Saving School Jobs

September 9, 2011 at 11:55 am

The jobs plan President Obama announced last night includes a promising proposal to help get the economy moving and build a stronger future:  support for schools to retain and hire teachers and other employees.

Three Years of School Job Cuts

Most states have cut elementary and high school funding to help close large budget gaps since the recession started, and widespread cuts are continuing this fiscal year, as our recent analysis detailed.  A few states have cut support by more than 20 percent per pupil since before the recession, in inflation-adjusted terms.

Over the last three years, localities across the nation have eliminated 293,000 jobs — most of them in the past year (see graph).  A large number of private-sector jobs have likely disappeared as well, as school districts cancel or scale back purchases of items such as textbooks.

These job losses are slowing the economy as a whole, since people without jobs buy less, and the ripple effect threatens other jobs as well.

Without the emergency federal aid the President proposes, even more jobs would disappear in the coming year, as state education funding cuts continue.

Saving those jobs and allowing schools to hire back some laid-off teachers and other workers makes sense on two levels.  It would help the economy get moving now:  Moody’s Analytics estimates that the aid to states would add 135,000 public- and private-sector jobs in 2012.  And it would help build a stronger future: if this nation is going to continue competing successfully in the global economy, we can’t afford to have our teachers standing in the unemployment line.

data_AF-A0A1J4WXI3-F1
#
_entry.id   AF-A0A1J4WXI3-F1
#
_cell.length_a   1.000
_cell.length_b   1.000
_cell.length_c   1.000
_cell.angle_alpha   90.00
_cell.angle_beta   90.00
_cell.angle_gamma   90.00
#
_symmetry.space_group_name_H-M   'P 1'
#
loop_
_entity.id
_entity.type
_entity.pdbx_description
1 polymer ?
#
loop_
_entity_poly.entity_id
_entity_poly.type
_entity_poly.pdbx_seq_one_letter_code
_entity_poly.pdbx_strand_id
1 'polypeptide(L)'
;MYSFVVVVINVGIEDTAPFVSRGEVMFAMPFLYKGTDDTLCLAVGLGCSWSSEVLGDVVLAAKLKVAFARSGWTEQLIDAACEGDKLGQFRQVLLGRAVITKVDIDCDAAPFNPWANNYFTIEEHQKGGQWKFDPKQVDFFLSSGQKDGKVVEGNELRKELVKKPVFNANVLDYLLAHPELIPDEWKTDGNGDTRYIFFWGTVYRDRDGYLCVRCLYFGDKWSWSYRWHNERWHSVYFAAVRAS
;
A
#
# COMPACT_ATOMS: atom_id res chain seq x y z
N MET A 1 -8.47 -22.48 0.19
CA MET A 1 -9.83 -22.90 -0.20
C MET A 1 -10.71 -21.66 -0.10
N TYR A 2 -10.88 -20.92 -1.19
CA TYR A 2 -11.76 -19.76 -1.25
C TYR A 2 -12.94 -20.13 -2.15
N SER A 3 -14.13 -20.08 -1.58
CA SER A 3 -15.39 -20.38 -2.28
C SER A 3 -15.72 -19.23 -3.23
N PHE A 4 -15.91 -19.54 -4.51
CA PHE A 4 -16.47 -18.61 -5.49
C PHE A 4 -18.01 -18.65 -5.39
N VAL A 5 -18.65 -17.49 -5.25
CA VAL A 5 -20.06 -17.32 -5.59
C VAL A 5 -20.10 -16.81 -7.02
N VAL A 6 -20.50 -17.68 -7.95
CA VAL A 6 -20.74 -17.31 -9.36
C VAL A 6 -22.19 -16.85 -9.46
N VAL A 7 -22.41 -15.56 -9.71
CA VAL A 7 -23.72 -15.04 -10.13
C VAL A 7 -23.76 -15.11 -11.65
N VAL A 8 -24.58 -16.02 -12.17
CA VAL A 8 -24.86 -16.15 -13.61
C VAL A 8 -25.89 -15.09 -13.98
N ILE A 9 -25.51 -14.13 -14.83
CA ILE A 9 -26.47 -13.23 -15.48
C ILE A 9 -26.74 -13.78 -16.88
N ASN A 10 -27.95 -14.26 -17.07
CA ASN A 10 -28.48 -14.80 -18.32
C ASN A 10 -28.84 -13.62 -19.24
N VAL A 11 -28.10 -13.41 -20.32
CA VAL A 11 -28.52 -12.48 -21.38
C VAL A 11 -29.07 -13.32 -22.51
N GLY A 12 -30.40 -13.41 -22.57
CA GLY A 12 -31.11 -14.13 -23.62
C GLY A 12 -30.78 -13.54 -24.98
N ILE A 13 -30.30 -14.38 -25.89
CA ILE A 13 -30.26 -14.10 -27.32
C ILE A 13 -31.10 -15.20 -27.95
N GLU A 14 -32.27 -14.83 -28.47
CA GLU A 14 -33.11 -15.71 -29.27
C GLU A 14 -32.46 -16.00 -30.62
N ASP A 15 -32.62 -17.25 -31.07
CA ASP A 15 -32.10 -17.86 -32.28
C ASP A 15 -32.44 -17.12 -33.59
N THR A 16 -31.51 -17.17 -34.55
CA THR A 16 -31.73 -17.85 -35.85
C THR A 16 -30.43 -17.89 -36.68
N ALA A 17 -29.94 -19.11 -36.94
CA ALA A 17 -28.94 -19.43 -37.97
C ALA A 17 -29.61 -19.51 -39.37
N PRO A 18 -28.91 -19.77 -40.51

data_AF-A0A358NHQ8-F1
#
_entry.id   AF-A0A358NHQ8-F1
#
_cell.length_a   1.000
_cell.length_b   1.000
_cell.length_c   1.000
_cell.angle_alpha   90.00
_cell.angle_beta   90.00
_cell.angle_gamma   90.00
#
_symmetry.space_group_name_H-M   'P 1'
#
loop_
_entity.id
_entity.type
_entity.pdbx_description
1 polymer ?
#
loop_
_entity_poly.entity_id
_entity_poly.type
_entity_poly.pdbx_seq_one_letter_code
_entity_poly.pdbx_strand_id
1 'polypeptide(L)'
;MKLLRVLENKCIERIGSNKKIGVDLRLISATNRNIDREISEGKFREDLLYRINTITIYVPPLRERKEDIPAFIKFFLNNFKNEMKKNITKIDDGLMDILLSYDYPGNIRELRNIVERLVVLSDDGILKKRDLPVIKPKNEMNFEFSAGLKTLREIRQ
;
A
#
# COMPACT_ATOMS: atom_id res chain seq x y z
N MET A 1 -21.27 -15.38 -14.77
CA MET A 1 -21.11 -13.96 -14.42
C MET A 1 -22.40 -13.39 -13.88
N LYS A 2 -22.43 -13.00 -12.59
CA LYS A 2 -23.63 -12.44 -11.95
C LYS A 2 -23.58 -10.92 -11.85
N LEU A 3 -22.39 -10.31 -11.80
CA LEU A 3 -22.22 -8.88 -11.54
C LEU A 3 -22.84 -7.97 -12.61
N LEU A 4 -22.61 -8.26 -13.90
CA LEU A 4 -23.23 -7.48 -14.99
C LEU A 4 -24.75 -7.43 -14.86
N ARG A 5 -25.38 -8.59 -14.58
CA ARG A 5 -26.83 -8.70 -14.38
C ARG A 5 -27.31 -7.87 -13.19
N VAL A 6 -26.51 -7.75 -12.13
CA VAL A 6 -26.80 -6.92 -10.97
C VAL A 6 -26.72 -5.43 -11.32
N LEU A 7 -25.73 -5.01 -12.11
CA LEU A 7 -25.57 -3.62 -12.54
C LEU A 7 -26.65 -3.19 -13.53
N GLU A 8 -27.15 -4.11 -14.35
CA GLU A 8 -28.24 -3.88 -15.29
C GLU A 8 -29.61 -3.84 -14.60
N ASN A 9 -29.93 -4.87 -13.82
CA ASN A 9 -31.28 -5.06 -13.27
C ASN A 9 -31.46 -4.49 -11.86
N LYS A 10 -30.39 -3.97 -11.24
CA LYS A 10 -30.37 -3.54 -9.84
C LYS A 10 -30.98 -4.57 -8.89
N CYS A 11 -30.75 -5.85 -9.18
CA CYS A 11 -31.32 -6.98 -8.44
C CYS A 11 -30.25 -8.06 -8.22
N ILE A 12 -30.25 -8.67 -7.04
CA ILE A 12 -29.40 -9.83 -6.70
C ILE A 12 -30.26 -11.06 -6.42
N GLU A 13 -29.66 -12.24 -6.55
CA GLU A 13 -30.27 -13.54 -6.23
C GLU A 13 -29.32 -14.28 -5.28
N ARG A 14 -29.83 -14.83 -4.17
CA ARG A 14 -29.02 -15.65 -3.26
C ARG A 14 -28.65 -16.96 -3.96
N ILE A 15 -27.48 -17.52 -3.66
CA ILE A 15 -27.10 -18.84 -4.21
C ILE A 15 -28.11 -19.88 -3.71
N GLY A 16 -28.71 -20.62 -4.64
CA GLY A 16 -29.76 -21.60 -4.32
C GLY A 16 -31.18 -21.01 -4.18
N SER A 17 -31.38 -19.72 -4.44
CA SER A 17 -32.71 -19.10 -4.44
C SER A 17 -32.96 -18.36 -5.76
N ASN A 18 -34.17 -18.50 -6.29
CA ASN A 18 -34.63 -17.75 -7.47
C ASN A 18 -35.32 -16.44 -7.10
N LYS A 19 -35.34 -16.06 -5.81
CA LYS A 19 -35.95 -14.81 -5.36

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More About Michael Leachman

Michael Leachman

Michael Leachman joined the Center in July 2009. He is the Director of State Fiscal Research with the State Fiscal Project.

Full bio | Blog Archive | Research archive at CBPP.org

1 Comments Add Yours ↓

Comments are listed in reverse chronological order.

  1. Jay #
    1

    How about some intellectual honesty? Why don’t you show that bar graph going back to say 1999? Or point out that while the population ages 5-17 grew by less than 2% from 1999 to 2009, the number of local government education jobs increased by 9% from 1999 to present?

    Local governments overspent during the housing bubble, which included over staffing primary and secondary schools, even though the baby-boomer echo generation is finished high school.



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